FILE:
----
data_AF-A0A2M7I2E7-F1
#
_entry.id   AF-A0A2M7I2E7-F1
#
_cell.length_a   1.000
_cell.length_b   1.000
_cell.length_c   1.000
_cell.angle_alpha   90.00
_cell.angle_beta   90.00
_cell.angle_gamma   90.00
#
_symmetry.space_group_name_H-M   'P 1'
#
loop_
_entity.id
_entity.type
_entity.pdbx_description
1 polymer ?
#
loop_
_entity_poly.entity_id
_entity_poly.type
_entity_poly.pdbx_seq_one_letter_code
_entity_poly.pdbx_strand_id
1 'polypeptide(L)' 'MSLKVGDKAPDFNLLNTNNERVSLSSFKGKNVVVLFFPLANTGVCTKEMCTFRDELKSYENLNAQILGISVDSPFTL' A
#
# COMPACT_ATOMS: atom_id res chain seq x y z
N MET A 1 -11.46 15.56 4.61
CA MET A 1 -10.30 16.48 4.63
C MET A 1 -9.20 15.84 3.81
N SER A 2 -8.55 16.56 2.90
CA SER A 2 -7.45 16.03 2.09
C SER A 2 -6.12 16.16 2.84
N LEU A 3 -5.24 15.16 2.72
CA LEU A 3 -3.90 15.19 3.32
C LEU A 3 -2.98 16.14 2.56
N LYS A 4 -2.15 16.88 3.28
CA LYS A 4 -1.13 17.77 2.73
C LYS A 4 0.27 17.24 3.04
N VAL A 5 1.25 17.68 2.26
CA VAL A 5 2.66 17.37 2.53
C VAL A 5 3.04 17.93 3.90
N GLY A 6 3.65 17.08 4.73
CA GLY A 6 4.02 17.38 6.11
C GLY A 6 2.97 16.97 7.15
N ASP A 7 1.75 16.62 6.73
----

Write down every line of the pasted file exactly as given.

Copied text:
data_AF-A0A2M7I2E7-F1
#
_entry.id   AF-A0A2M7I2E7-F1
#
_cell.length_a   1.000
_cell.length_b   1.000
_cell.length_c   1.000
_cell.angle_alpha   90.00
_cell.angle_beta   90.00
_cell.angle_gamma   90.00
#
_symmetry.space_group_name_H-M   'P 1'
#
loop_
_entity.id
_entity.type
_entity.pdbx_description
1 polymer ?
#
loop_
_entity_poly.entity_id
_entity_poly.type
_entity_poly.pdbx_seq_one_letter_code
_entity_poly.pdbx_strand_id
1 'polypeptide(L)' 'MSLKVGDKAPDFNLLNTNNERVSLSSFKGKNVVVLFFPLANTGVCTKEMCTFRDELKSYENLNAQILGISVDSPFTL' A
#
# COMPACT_ATOMS: atom_id res chain seq x y z
N MET A 1 -11.46 15.56 4.61
CA MET A 1 -10.30 16.48 4.63
C MET A 1 -9.20 15.84 3.81
N SER A 2 -8.55 16.56 2.90
CA SER A 2 -7.45 16.03 2.09
C SER A 2 -6.12 16.16 2.84
N LEU A 3 -5.24 15.16 2.72
CA LEU A 3 -3.90 15.19 3.32
C LEU A 3 -2.98 16.14 2.56
N LYS A 4 -2.15 16.88 3.28
CA LYS A 4 -1.13 17.77 2.73
C LYS A 4 0.27 17.24 3.04
N VAL A 5 1.25 17.68 2.26
CA VAL A 5 2.66 17.37 2.53
C VAL A 5 3.04 17.93 3.90
N GLY A 6 3.65 17.08 4.73
CA GLY A 6 4.02 17.38 6.11
C GLY A 6 2.97 16.97 7.15
N ASP A 7 1.75 16.62 6.73